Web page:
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Tide, Tuna and Fendi: How Costco Heaps Rewards on Shoppers and Investors

Michael Santoli

Since Obamacare became law in 2010, big retail chains have been prominent among the private employers shunting workers off their insurance rolls and onto public health care exchanges. Home Depot (HD) and Trader Joe’s each announced such plans in recent months for part-timers.

Costco store: Credit AP

Costco Wholesale (COST), though, went the other direction, creating a partnership last year with Aetna (AET) to offer personal-insurance plans designed to be cheaper than at the state exchanges.

While most retail executives are vocal in their opposition to a higher minimum wage, Costco CEO Craig Jelinek came out in favor of lifting it – a stance that echoes the warehouse-club’s longtime policy of paying its employees a starting wage well above the legal minimum.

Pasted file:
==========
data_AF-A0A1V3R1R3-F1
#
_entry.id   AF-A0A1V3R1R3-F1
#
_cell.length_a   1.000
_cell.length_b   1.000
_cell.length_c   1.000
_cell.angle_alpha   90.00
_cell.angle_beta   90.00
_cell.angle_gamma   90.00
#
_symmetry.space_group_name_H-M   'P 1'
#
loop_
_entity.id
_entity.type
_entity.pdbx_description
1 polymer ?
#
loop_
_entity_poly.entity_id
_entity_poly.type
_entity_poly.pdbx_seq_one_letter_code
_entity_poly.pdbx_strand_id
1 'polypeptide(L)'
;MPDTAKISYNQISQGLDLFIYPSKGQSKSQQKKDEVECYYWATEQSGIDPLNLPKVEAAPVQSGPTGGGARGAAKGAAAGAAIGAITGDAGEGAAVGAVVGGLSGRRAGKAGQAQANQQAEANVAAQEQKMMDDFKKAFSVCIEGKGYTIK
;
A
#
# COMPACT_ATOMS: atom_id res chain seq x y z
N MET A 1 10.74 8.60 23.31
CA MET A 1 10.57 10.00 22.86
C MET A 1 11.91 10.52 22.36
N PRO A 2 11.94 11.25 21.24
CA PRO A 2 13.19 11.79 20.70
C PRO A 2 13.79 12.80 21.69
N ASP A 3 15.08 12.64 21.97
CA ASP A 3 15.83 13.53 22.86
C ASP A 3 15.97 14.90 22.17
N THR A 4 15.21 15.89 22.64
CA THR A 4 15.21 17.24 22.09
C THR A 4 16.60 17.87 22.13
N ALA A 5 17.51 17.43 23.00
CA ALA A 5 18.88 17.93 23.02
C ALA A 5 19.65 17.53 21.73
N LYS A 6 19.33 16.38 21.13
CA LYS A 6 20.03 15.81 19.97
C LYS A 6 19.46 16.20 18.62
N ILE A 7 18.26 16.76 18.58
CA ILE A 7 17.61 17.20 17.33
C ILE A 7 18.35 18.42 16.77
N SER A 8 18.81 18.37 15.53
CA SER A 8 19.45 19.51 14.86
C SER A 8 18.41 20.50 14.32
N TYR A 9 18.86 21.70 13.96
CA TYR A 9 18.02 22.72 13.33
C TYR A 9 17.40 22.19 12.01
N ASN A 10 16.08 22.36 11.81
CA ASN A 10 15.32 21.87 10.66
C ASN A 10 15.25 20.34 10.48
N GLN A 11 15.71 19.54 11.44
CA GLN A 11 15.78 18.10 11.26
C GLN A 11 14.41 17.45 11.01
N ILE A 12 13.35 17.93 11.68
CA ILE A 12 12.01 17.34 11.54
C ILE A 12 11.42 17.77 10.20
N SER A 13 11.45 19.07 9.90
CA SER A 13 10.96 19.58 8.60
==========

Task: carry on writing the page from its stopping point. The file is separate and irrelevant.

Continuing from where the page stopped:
One of the few complaints Wall Street has ever lodged against Costco – among the best-performing consumer companies of recent decades – is that it gives its employees and customers too good a deal. While sales growth has been stellar throughout the Issaquah, Wash.-based chain’s 30-year history, investors carp that its profits could be higher if it raised prices or squeezed employee pay a bit more.

But Costco, led in practice and spirit by co-founder and board member Jim Sinegal, holds firm to a philosophy that happy, loyal employees and customers who have faith that they are getting a great deal are a recipe for long-term success.

Bargain in the chicken aisle